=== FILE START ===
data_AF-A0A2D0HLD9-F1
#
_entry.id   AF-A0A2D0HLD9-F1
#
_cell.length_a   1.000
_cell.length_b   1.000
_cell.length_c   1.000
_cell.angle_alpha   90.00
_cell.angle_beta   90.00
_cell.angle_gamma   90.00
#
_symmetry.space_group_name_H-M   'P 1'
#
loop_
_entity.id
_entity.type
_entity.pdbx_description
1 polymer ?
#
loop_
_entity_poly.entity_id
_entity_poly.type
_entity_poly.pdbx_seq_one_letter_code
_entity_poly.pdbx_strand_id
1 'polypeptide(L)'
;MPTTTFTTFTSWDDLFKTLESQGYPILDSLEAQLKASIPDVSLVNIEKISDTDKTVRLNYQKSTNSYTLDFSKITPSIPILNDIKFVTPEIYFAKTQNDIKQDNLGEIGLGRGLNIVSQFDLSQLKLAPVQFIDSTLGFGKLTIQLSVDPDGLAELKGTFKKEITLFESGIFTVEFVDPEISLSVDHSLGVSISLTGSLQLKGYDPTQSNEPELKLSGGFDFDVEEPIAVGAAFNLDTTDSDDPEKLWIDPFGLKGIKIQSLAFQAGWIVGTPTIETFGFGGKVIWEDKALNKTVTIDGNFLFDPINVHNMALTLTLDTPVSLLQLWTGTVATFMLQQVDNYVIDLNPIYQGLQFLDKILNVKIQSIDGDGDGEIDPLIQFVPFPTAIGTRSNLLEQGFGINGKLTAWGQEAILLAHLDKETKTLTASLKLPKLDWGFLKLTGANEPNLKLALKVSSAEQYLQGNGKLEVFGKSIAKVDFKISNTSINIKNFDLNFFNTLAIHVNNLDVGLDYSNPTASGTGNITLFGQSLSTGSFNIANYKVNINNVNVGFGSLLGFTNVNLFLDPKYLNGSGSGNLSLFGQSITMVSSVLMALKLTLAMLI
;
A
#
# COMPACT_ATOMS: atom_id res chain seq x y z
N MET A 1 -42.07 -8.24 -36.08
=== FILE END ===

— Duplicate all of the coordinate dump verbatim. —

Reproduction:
data_AF-A0A2D0HLD9-F1
#
_entry.id   AF-A0A2D0HLD9-F1
#
_cell.length_a   1.000
_cell.length_b   1.000
_cell.length_c   1.000
_cell.angle_alpha   90.00
_cell.angle_beta   90.00
_cell.angle_gamma   90.00
#
_symmetry.space_group_name_H-M   'P 1'
#
loop_
_entity.id
_entity.type
_entity.pdbx_description
1 polymer ?
#
loop_
_entity_poly.entity_id
_entity_poly.type
_entity_poly.pdbx_seq_one_letter_code
_entity_poly.pdbx_strand_id
1 'polypeptide(L)'
;MPTTTFTTFTSWDDLFKTLESQGYPILDSLEAQLKASIPDVSLVNIEKISDTDKTVRLNYQKSTNSYTLDFSKITPSIPILNDIKFVTPEIYFAKTQNDIKQDNLGEIGLGRGLNIVSQFDLSQLKLAPVQFIDSTLGFGKLTIQLSVDPDGLAELKGTFKKEITLFESGIFTVEFVDPEISLSVDHSLGVSISLTGSLQLKGYDPTQSNEPELKLSGGFDFDVEEPIAVGAAFNLDTTDSDDPEKLWIDPFGLKGIKIQSLAFQAGWIVGTPTIETFGFGGKVIWEDKALNKTVTIDGNFLFDPINVHNMALTLTLDTPVSLLQLWTGTVATFMLQQVDNYVIDLNPIYQGLQFLDKILNVKIQSIDGDGDGEIDPLIQFVPFPTAIGTRSNLLEQGFGINGKLTAWGQEAILLAHLDKETKTLTASLKLPKLDWGFLKLTGANEPNLKLALKVSSAEQYLQGNGKLEVFGKSIAKVDFKISNTSINIKNFDLNFFNTLAIHVNNLDVGLDYSNPTASGTGNITLFGQSLSTGSFNIANYKVNINNVNVGFGSLLGFTNVNLFLDPKYLNGSGSGNLSLFGQSITMVSSVLMALKLTLAMLI
;
A
#
# COMPACT_ATOMS: atom_id res chain seq x y z
N MET A 1 -42.07 -8.24 -36.08